The elephant is a big animal.
- An example of big is a 10,000 square foot house.
- An example of big is your older brother.
- An example of big is when a four year old thinks ahead to when he is older or to when he will be "big."
- of great size, extent, or capacity; large
- great in amount or quantity
- great in force or intensity: a big wind
- elder: his big sister
- far advanced in pregnancy (with)
- filled or swelling (with)
- important or outstanding: to do big things
- very well known; famous
- popular; very well liked
- boastful; pompous; extravagant: big talk
- ⌂ generous; noble: a big heart
- designating an industry or other organized, large-scale activity regarded as having distinct political and economic interests: big oil, big labor, etc.
Origin of bigMiddle English ; from Germanic an unverified form bugja, swollen up, thick (from source bug and amp; Norwegian dialect, dialectal bugge, big man) ; from Indo-European base an unverified form beu-, an unverified form bheu-, to blow up, swell from source puck, Classical Latin bucca, puffed cheek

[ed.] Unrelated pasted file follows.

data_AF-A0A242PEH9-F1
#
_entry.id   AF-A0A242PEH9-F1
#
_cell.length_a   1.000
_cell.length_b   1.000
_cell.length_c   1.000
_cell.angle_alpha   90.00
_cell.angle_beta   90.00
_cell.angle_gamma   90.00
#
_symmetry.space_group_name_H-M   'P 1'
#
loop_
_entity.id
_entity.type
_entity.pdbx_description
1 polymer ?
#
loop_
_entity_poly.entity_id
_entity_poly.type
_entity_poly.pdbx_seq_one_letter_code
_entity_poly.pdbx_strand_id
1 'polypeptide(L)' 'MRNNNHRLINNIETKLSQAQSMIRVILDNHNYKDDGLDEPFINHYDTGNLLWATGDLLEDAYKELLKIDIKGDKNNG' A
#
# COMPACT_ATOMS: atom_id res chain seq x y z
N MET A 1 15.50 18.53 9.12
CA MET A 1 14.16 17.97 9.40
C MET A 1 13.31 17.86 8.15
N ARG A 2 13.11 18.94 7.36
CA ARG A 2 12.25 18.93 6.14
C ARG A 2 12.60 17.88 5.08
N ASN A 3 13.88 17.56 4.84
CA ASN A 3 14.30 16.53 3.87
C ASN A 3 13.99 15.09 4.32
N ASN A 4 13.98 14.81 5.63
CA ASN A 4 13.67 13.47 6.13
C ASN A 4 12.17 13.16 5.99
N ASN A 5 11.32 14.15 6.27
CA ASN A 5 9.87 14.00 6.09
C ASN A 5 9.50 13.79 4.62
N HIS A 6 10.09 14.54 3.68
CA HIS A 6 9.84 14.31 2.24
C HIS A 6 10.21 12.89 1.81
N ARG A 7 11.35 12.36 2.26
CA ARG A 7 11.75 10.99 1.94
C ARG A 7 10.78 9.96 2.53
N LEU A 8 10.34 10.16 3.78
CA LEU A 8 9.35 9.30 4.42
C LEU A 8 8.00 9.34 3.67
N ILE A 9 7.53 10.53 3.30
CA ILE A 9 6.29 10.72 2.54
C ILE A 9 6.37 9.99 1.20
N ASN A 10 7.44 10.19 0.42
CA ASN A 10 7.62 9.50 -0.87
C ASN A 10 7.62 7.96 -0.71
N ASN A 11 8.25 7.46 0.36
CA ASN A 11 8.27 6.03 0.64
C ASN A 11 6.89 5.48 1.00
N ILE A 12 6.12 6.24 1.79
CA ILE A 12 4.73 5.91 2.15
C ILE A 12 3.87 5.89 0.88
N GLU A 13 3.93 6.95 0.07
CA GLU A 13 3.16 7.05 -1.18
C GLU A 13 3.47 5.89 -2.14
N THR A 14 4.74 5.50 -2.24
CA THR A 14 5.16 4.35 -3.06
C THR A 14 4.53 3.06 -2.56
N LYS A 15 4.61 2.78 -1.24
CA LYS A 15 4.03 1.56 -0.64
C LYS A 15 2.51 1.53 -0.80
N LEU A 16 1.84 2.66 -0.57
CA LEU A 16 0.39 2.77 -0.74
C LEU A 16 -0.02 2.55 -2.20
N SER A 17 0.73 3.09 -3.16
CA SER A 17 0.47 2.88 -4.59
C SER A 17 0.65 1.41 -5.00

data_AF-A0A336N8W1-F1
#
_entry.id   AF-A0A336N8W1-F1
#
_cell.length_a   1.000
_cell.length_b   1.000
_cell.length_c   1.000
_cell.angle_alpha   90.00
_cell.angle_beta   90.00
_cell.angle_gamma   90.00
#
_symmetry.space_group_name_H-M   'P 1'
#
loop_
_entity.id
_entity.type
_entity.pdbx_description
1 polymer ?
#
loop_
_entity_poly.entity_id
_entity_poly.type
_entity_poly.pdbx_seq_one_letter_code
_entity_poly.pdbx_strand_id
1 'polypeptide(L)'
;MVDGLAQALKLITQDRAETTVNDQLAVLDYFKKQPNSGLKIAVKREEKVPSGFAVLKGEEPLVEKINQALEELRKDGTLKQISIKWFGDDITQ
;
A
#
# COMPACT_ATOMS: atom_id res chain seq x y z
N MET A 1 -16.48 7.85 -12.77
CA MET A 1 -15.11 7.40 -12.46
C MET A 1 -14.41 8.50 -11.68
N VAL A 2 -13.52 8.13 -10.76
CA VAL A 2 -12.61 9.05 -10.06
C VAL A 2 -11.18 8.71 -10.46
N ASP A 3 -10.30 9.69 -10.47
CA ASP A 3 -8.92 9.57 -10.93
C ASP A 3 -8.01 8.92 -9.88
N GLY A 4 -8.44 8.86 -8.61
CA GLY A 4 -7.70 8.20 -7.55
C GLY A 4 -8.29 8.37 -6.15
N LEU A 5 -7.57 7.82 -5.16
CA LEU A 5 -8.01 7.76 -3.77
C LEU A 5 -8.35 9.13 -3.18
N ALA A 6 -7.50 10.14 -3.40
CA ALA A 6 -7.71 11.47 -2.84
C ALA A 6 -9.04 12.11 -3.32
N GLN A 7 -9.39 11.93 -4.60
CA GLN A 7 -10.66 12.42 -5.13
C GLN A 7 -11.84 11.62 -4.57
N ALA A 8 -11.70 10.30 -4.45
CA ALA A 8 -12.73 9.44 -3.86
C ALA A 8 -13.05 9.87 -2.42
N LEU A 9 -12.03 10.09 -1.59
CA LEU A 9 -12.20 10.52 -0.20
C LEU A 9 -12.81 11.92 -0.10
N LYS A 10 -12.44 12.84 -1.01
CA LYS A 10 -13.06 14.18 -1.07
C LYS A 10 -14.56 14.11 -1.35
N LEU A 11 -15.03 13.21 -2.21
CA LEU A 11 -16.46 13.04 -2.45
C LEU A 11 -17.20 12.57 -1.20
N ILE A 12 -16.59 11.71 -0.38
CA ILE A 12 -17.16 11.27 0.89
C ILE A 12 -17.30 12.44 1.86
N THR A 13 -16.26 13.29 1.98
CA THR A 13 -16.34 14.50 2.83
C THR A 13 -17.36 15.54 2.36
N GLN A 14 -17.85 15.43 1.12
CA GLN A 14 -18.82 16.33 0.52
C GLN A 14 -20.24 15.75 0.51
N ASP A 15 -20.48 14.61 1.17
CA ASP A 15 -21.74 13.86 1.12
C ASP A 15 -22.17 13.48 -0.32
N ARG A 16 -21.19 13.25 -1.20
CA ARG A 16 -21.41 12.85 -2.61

- pompously; boastfully; extravagantly: to talk big
- in a broad way; showing imagination: think big!
- a. Of considerable size, number, quantity, magnitude, or extent; large. See Synonyms at large.b. Having great strength or force: a big wind; in a big rage.c. Of great significance; momentous: a big decision; a big victory.
- a. Mature or grown-up: big enough to take the bus by herself.b. Older or eldest. Used especially of a sibling: My big brother is leaving for college next week.
- a. Filled up; brimming over: felt big with love.b. Bountiful; generous: had a big heart.
- Pregnant: big with child.
- a. Having or exercising considerable authority, control, or influence: a big official; a big chief.b. Conspicuous in position, wealth, or importance; prominent: a big figure in the peace movement.
- Loud and firm; resounding: a big voice.
- Informal Widely liked, used, or practiced; popular: “The Minneapolis indie-rock band was big in the blogosphere, beloved by hipsters, and unknown to pretty much everyone else” (Robert Levine).
- Informal Self-important; cocky: You're too big for your own good.
- In a pretentious or boastful way: talked big about the new job.
- Informal a. With considerable success: made it big with their recent best-selling album.b. In a thorough or unmistakable way; emphatically: failed big at the box office.
Origin of bigMiddle English, perhaps of Scandinavian origin.